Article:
This issue was recently considered by the Court of Justice of the European Union (CJEU/ECJ) and judgment was delivered in the case of King v The Sash Window Workshop Limited and Dollar on 29 November. Mr King had started working for Sash Window Workshop (“the Company”) in June 1999 on a “self-employed commission only contract”. He continued to work for the Company until his retirement in 2012. He took numerous holidays during the 13 years that he worked for the Company, but was not paid for them. Following his retirement he asked to be paid all his holiday pay for the entire period of his engagement. Unsurprisingly, the Company refused.

Mr King took his claim to an employment tribunal which held that there were in effect three types of holiday claims: (i) holiday pay for 2012-13 accrued but untaken when he left, (ii) holiday pay for leave actually taken but in respect of which no payment was made and (iii) pay in lieu covering accrued but untaken leave (amounting to a further 24.15 weeks). The tribunal found that Mr King was a worker (within the meaning of the statutory definition – see the Pimlico case) and therefore ruled in his favour in respect of all three.

The Company appealed to the Employment Appeal Tribunal.

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The end of “fit to work” notes and referrals

Back in March 2010 I reported about the proposed introduction of fit notes, noting that the Government expected savings to the economy of £240 million over 10 years, by aiding the recovery to work of sick workers. Well, it didn’t turn out that way. By July 2010 there were teething problems. Bogus fit notes were widely available on the internet and offered for £9.99 with an introductory “buy one get one free” offer. A further and entirely predictable problem was that employers receiving the fit notes were unable to decipher GPs’ illegible handwriting and therefore overlooked key elements of the process such as, for example, arranging a structured return to work.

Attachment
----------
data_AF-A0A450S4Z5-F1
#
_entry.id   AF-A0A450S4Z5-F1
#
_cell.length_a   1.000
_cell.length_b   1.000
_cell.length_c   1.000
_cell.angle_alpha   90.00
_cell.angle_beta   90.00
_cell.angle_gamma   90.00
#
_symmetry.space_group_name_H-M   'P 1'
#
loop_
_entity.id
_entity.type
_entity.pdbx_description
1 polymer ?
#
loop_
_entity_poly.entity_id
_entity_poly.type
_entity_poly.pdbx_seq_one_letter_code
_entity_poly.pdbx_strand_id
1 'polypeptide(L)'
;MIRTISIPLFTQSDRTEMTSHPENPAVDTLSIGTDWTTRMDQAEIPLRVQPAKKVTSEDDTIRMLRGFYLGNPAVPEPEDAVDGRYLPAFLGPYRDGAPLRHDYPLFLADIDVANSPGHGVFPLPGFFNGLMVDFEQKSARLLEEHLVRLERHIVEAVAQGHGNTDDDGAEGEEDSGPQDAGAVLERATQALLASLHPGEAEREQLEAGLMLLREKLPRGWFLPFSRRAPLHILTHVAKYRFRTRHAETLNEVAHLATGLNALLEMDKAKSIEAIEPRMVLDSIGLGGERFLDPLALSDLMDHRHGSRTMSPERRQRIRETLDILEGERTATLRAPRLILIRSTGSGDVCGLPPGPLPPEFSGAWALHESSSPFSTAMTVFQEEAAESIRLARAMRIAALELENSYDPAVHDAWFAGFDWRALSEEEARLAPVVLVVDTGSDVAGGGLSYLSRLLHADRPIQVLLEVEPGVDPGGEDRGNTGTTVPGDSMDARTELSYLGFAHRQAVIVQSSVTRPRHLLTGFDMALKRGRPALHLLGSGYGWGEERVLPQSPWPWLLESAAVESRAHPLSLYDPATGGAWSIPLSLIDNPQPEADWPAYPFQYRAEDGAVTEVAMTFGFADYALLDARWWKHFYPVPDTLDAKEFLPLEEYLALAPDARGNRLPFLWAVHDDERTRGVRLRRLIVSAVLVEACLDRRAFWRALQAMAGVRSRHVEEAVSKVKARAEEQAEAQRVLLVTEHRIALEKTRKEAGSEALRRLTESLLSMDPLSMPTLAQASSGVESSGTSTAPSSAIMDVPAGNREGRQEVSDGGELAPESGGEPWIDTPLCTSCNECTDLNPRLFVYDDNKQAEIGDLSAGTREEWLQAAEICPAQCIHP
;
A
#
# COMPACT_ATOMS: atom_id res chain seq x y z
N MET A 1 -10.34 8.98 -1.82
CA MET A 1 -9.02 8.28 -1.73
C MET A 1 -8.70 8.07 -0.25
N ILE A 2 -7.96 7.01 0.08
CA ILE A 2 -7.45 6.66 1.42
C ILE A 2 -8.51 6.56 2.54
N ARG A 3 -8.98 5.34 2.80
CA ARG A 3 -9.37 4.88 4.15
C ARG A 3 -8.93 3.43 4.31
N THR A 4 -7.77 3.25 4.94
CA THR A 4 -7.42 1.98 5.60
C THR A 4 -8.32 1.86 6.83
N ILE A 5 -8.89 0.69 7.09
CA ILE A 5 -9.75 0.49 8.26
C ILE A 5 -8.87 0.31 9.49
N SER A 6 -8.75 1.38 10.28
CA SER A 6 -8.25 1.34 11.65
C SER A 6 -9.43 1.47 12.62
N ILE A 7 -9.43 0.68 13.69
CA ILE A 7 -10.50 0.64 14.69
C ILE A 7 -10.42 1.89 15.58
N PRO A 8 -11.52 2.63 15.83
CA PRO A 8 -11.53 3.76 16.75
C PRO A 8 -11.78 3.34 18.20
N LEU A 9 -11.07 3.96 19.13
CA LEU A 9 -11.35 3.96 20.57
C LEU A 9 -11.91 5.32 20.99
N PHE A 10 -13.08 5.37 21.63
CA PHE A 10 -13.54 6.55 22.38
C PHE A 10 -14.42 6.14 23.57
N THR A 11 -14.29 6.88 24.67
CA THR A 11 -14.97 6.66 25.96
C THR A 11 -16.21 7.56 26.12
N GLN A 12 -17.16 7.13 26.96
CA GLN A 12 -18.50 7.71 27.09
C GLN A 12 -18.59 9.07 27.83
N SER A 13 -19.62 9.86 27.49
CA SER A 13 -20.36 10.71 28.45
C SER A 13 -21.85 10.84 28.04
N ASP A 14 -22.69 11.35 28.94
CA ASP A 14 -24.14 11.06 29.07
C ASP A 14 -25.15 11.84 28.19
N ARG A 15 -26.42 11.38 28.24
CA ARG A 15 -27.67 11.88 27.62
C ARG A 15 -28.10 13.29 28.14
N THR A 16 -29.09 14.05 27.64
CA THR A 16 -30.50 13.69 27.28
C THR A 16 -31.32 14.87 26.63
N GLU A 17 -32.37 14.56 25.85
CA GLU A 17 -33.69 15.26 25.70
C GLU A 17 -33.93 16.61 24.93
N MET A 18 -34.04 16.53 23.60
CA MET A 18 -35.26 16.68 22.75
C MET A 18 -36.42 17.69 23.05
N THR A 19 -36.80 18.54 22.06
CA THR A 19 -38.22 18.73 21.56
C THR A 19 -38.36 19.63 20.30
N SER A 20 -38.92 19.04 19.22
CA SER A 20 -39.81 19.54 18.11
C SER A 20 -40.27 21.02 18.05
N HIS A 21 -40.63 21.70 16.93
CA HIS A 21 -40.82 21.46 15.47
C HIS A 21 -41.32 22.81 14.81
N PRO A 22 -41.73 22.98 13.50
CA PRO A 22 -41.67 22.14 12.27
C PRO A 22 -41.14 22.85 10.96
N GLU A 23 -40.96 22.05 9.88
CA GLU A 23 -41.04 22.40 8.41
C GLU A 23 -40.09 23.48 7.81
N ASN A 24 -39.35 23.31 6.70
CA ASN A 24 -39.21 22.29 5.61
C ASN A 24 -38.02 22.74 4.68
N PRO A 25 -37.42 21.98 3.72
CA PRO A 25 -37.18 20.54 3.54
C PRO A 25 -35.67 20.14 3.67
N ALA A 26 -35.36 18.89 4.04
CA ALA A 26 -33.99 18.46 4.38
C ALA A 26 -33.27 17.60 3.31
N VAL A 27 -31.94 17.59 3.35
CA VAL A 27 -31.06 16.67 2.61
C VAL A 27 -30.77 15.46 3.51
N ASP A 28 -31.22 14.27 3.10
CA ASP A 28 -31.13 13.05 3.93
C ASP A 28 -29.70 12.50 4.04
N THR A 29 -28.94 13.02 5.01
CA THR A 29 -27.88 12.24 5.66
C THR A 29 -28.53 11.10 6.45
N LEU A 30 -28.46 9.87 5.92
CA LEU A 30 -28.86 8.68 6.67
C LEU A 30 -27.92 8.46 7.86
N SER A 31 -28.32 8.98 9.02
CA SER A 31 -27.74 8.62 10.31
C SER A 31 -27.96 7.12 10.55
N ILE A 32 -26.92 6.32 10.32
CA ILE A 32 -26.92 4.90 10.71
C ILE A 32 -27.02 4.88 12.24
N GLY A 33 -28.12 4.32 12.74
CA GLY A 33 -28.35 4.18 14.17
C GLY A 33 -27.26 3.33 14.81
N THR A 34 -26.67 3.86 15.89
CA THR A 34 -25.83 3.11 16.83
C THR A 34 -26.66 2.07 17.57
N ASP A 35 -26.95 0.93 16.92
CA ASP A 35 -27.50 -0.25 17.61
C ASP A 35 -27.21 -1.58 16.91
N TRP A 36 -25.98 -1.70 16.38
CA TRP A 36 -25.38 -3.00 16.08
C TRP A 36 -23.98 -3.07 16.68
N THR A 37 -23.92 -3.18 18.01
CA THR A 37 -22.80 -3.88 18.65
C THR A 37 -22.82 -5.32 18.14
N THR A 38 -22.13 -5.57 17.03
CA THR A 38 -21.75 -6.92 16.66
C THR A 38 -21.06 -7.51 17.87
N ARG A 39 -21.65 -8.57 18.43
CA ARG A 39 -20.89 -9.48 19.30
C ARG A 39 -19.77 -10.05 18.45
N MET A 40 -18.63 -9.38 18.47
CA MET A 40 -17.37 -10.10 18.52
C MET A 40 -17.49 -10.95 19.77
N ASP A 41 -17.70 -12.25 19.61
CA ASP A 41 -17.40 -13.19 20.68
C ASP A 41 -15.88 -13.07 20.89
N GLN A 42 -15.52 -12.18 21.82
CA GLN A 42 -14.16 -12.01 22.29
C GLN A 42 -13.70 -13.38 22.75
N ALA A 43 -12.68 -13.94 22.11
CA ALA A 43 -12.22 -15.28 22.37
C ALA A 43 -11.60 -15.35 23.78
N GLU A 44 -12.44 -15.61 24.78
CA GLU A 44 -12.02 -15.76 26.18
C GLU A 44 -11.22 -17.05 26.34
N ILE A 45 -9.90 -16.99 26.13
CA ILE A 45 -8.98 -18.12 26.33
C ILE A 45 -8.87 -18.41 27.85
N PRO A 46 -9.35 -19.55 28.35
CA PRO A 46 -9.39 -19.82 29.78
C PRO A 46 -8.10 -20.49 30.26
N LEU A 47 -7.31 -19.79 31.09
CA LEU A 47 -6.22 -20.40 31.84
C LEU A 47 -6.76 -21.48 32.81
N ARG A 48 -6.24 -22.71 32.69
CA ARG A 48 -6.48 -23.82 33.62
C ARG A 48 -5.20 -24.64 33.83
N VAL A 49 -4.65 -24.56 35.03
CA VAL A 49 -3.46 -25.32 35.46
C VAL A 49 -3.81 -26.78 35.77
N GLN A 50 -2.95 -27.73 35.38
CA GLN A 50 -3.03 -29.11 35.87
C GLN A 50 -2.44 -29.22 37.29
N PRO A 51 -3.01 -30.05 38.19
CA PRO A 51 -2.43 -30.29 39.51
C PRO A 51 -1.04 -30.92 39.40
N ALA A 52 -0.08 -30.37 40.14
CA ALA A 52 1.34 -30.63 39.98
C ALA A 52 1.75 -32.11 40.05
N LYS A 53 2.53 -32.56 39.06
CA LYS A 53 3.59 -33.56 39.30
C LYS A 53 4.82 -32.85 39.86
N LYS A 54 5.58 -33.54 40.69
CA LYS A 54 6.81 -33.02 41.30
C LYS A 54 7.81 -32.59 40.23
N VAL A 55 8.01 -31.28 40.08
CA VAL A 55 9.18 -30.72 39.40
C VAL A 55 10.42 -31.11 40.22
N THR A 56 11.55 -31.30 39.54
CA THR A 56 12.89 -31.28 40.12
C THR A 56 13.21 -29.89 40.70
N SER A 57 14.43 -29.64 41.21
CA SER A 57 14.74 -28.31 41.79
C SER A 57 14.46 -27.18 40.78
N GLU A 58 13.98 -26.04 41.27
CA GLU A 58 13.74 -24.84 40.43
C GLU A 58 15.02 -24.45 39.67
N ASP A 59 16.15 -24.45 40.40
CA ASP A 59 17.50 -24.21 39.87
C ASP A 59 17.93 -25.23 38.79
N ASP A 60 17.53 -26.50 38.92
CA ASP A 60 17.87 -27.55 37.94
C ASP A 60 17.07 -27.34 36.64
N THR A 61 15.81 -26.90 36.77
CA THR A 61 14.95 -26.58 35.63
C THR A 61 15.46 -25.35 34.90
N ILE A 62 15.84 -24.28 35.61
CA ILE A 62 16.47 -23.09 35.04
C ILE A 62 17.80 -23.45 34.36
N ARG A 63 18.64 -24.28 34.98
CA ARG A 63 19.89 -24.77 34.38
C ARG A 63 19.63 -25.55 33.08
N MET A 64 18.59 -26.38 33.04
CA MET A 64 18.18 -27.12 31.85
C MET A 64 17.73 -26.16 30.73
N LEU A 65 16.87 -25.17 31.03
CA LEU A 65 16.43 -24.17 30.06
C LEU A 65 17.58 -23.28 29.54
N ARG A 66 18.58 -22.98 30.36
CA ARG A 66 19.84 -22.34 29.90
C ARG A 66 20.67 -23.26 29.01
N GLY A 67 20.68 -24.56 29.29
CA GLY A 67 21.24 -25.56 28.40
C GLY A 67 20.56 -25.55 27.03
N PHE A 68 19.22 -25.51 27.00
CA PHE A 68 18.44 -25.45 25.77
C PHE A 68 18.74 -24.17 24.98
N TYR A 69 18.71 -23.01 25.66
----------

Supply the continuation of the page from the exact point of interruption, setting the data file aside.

In 2015 the Engineering Employers Federation (EEF) reported that the scheme wasn’t working. By September 2014 only 5000 GPs from a pool of 40,854 had received training and 43% of employers said that the fit note had not helped employees to return to work. The EEF’s head of health and safety noted that the quality of advice being given by GPs to help people back to work was deteriorating and that, in order to work, the scheme needed greater resources.

Late in November 2017 it was quietly announced that the scheme is to be scrapped.

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Can an employee be disciplined for looking for another job?

Job Application Form You’d think this would be a weird question but I actually get asked this question on a fairly regular basis. Thankfully, I mostly get asked it by employees rather than employers but, in saying that, I can recall two employers (at a past law firm) that asked me this exact question.

The answer? Quite simply: it depends. It depends on the circumstances but, theoretically, yes, an employee can be disciplined for job hunting. In practice, however, it would be a rare occasion where an employer could safely do so.

To explore the dividing line, let’s look at three examples.

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Is sacking an employee who has miscarried an act of pregnancy-related discrimination?

Employment Law book Earlier in my legal career, I helped advise an individual who was subjected to detrimental treatment by her employer due to time off linked to a miscarriage. Naturally, I won’t identify the individual or the specific facts here but, save to say, their employer’s conduct made a very difficult situation even more stressful.

The biggest surprise I experienced during that case was their employer trying to argue that a miscarriage wasn’t pregnancy-related under the Equality Act 2010 because the employee wasn’t pregnant anymore. This is completely incorrect. Why?

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Calls for Government to adopt German model of redundancy protection for pregnant employees